WASHINGTON — The House of Representatives quickly, quietly Friday approved a two-month extension of the Social Security payroll tax, ending a week of rancor and assuring more than 160 million people avoid a 2 percentage point increase next year.
The brief House session was a stark contrast to the turmoil that Washington had seen all week. The tax cut agreement was announced Thursday, after rebellious House Republicans refused to go along with the two-month extension.
The Senate is expected to approve the measure, which would then go to President Barack Obama, who is expected to sign it.
House GOP members had wanted a full year break, but disagreed with Democrats over how to pay for it. Democrats preferred a surtax on millionaires; Republicans wanted other means, including a federal pay freeze.
The agreement makes technical changes to how businesses withhold taxes, but is otherwise the same measure the Senate passed Saturday, 89-10. The House approved the measure without a roll call, as no objections were raised.
The package would extend for two months the current 4.2 percent Social Security tax paid by employees. It also would continue Medicae payments to doctors at the current rate. If no action had been taken, that rate would have dropped 27.4 percent.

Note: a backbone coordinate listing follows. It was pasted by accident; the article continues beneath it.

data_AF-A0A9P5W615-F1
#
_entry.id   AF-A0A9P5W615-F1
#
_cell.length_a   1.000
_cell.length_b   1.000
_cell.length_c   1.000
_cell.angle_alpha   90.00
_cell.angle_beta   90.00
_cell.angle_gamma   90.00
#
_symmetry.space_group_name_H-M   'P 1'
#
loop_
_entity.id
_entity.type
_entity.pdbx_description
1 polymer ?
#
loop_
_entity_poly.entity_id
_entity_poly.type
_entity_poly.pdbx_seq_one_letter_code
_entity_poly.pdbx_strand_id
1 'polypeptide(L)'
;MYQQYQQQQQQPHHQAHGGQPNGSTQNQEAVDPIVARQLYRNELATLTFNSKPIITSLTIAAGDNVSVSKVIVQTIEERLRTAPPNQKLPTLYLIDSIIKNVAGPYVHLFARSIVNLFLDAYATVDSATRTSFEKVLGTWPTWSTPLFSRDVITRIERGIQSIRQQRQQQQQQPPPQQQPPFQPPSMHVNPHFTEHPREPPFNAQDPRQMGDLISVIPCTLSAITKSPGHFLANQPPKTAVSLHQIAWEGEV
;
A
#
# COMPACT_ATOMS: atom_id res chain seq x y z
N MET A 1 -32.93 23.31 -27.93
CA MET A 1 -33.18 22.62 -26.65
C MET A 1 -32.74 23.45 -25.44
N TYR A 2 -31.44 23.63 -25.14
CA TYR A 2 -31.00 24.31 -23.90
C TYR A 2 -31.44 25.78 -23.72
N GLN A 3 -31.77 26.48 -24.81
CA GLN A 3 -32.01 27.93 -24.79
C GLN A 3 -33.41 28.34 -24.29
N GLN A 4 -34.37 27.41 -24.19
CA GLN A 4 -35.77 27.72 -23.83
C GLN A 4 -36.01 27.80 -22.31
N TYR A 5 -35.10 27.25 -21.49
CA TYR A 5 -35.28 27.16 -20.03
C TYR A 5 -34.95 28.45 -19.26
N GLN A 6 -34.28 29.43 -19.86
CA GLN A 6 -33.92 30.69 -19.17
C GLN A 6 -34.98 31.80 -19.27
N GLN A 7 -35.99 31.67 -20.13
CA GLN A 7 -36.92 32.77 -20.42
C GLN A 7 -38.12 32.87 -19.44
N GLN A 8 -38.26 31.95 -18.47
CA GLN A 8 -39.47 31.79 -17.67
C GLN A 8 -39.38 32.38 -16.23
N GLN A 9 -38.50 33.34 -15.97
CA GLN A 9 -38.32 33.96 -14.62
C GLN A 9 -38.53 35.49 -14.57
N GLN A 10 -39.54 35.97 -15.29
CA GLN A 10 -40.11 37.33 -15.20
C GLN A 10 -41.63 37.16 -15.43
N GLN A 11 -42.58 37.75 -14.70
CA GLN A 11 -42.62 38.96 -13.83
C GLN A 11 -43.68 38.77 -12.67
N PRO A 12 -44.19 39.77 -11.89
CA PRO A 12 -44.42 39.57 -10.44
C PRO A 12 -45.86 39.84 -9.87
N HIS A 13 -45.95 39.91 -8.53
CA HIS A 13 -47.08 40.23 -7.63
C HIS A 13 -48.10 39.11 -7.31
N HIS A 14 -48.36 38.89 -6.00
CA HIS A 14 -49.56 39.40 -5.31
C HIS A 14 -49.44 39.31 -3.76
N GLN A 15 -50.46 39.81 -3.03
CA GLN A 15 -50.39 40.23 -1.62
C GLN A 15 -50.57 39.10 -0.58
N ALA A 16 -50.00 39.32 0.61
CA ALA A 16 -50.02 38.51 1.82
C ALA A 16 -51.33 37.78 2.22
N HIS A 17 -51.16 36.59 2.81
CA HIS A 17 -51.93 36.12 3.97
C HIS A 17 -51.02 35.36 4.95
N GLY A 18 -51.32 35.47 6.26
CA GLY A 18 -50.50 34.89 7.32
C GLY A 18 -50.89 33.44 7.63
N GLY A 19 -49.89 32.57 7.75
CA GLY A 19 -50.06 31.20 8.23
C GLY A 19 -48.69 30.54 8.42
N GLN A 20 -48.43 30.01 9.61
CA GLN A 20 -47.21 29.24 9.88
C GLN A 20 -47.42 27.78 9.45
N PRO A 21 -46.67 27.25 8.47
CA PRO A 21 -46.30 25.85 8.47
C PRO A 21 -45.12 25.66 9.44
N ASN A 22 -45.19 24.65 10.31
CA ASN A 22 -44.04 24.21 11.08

Also continuing will be an extension of jobless benefits to long-term workers. They will continue to be eligible for up to 99 weeks of benefits.
The House session was brief and calm. House Minority Whip Steny Hoyer, D-Md., was the only speaker; he thanked House Speaker John Boehner, R-Ohio, for his efforts. Just two days ago, Hoyer was ignored by the Republican presiding officer as Hoyer tried to bring up the Senate bill. He was unsuccessful.
“I know the American people are pleased we have come together to agree on this extension,” Hoyer said.
We need to update you on where Truthout stands.
To be brutally honest, Truthout is behind on our fundraising goals for the year. There are a lot of reasons why. We’re dealing with broad trends in our industry, trends that have led publications like Vice, BuzzFeed, and National Geographic to make painful cuts. Everyone is feeling the squeeze of inflation. And despite its lasting importance, news readership is declining.
To ensure we stay out of the red by the end of the year, we have a long way to go. Our future is threatened.
We’ve stayed online over two decades thanks to the support of our readers. Because you believe in the power of our work, share our transformative stories, and give to keep us going strong, we know we can make it through this tough moment.
If you value what we do and what we stand for, please consider making a tax-deductible donation to support our work.